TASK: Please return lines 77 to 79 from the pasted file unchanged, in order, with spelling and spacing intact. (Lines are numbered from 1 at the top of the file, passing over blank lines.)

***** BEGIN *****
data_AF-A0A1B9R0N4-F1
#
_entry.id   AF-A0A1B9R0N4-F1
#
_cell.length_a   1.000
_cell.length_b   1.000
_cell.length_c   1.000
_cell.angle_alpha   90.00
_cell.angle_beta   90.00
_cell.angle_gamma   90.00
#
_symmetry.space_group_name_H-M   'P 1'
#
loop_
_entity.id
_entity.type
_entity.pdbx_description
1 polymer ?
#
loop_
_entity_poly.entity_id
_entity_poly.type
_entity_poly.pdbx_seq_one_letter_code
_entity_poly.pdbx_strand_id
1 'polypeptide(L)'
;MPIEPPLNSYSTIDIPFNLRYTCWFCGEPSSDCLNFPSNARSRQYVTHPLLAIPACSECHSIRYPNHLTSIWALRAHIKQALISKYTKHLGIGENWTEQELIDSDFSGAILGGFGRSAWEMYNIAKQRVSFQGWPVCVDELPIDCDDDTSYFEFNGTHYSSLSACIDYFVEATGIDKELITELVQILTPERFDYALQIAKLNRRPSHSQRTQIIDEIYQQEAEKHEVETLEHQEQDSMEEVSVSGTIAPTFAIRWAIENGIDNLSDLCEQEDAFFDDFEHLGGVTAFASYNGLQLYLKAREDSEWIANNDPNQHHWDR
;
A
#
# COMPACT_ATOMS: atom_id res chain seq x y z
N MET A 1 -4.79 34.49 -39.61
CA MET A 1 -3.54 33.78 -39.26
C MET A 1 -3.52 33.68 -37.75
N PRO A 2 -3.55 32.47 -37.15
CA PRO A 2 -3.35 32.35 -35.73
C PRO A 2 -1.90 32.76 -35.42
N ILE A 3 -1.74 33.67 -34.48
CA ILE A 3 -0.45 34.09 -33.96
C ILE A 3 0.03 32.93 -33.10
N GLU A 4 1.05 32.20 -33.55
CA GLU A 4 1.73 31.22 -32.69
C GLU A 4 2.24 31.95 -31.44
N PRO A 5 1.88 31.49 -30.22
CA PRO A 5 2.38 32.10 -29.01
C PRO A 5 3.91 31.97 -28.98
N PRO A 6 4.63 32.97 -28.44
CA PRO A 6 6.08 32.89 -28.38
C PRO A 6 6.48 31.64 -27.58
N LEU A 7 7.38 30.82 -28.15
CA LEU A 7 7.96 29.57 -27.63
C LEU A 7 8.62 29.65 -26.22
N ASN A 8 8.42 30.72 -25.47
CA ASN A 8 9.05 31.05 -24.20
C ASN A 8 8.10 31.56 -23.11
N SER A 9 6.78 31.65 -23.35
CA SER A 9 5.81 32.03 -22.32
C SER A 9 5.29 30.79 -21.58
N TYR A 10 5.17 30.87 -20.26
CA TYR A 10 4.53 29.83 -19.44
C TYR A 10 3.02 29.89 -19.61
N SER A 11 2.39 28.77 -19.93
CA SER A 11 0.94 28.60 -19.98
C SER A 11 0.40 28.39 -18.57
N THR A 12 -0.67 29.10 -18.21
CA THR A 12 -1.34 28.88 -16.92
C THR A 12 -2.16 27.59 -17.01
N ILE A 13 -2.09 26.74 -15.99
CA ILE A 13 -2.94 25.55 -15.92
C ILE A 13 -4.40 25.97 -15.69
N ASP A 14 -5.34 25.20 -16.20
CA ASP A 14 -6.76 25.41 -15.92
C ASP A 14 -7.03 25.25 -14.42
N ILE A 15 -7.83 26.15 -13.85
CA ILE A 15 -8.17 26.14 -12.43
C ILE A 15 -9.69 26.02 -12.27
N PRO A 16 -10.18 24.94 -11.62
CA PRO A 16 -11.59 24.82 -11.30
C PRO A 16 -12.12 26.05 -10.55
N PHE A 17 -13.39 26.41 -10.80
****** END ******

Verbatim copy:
CA PRO A 16 -11.59 24.82 -11.30
C PRO A 16 -12.12 26.05 -10.55
N PHE A 17 -13.39 26.41 -10.80